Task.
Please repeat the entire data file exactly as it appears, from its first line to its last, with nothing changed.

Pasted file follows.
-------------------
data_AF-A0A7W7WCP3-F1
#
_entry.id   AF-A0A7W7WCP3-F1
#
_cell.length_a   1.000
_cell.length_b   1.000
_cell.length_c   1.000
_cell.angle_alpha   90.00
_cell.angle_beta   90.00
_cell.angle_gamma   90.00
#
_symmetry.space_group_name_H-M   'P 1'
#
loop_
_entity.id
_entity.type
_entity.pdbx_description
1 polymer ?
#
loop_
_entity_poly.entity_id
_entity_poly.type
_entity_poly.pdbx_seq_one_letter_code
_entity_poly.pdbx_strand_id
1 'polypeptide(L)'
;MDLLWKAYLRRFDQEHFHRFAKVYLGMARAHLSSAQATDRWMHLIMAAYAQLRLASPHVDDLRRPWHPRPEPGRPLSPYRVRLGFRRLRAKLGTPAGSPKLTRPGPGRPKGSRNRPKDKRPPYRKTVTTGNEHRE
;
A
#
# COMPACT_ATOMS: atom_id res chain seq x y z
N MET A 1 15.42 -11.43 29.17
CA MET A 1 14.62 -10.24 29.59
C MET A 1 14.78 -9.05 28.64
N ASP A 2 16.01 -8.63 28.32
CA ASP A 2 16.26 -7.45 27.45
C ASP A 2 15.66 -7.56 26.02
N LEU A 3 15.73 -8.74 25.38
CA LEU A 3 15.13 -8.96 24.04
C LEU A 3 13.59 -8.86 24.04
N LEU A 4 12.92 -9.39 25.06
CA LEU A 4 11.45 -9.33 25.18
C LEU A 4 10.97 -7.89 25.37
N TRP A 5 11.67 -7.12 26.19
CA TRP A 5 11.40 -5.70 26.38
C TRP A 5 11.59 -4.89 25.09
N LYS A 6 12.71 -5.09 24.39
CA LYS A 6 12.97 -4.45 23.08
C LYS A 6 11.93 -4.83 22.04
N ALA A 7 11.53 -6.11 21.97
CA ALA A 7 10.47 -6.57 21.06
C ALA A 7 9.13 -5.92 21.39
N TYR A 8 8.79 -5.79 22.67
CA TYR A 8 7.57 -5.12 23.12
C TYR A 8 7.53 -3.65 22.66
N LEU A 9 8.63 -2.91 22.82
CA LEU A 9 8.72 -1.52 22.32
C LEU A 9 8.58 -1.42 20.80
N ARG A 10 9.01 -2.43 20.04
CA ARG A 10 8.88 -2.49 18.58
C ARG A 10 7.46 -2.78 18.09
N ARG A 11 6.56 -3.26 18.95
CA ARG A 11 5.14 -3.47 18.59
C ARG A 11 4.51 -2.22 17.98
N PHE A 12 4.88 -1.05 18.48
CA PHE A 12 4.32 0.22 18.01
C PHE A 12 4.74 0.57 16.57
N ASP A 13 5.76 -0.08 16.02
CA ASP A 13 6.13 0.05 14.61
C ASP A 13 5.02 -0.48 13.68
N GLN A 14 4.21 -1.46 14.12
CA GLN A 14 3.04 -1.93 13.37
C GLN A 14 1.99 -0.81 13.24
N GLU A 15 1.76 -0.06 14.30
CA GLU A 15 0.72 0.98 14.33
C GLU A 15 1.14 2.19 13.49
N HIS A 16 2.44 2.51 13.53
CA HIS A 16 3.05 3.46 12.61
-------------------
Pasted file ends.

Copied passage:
data_AF-A0A7W7WCP3-F1
#
_entry.id   AF-A0A7W7WCP3-F1
#
_cell.length_a   1.000
_cell.length_b   1.000
_cell.length_c   1.000
_cell.angle_alpha   90.00
_cell.angle_beta   90.00
_cell.angle_gamma   90.00
#
_symmetry.space_group_name_H-M   'P 1'
#
loop_
_entity.id
_entity.type
_entity.pdbx_description
1 polymer ?
#
loop_
_entity_poly.entity_id
_entity_poly.type
_entity_poly.pdbx_seq_one_letter_code
_entity_poly.pdbx_strand_id
1 'polypeptide(L)'
;MDLLWKAYLRRFDQEHFHRFAKVYLGMARAHLSSAQATDRWMHLIMAAYAQLRLASPHVDDLRRPWHPRPEPGRPLSPYRVRLGFRRLRAKLGTPAGSPKLTRPGPGRPKGSRNRPKDKRPPYRKTVTTGNEHRE
;
A
#
# COMPACT_ATOMS: atom_id res chain seq x y z
N MET A 1 15.42 -11.43 29.17
CA MET A 1 14.62 -10.24 29.59
C MET A 1 14.78 -9.05 28.64
N ASP A 2 16.01 -8.63 28.32
CA ASP A 2 16.26 -7.45 27.45
C ASP A 2 15.66 -7.56 26.02
N LEU A 3 15.73 -8.74 25.38
CA LEU A 3 15.13 -8.96 24.04
C LEU A 3 13.59 -8.86 24.04
N LEU A 4 12.92 -9.39 25.06
CA LEU A 4 11.45 -9.33 25.18
C LEU A 4 10.97 -7.89 25.37
N TRP A 5 11.67 -7.12 26.19
CA TRP A 5 11.40 -5.70 26.38
C TRP A 5 11.59 -4.89 25.09
N LYS A 6 12.71 -5.09 24.39
CA LYS A 6 12.97 -4.45 23.08
C LYS A 6 11.93 -4.83 22.04
N ALA A 7 11.53 -6.11 21.97
CA ALA A 7 10.47 -6.57 21.06
C ALA A 7 9.13 -5.92 21.39
N TYR A 8 8.79 -5.79 22.67
CA TYR A 8 7.57 -5.12 23.12
C TYR A 8 7.53 -3.65 22.66
N LEU A 9 8.63 -2.91 22.82
CA LEU A 9 8.72 -1.52 22.32
C LEU A 9 8.58 -1.42 20.80
N ARG A 10 9.01 -2.43 20.04
CA ARG A 10 8.88 -2.49 18.58
C ARG A 10 7.46 -2.78 18.09
N ARG A 11 6.56 -3.26 18.95
CA ARG A 11 5.14 -3.47 18.59
C ARG A 11 4.51 -2.22 17.98
N PHE A 12 4.88 -1.05 18.48
CA PHE A 12 4.32 0.22 18.01
C PHE A 12 4.74 0.57 16.57
N ASP A 13 5.76 -0.08 16.02
CA ASP A 13 6.13 0.05 14.61
C ASP A 13 5.02 -0.48 13.68
N GLN A 14 4.21 -1.46 14.12
CA GLN A 14 3.04 -1.93 13.37
C GLN A 14 1.99 -0.81 13.24
N GLU A 15 1.76 -0.06 14.30
CA GLU A 15 0.72 0.98 14.33
C GLU A 15 1.14 2.19 13.49
N HIS A 16 2.44 2.51 13.53
CA HIS A 16 3.05 3.46 12.61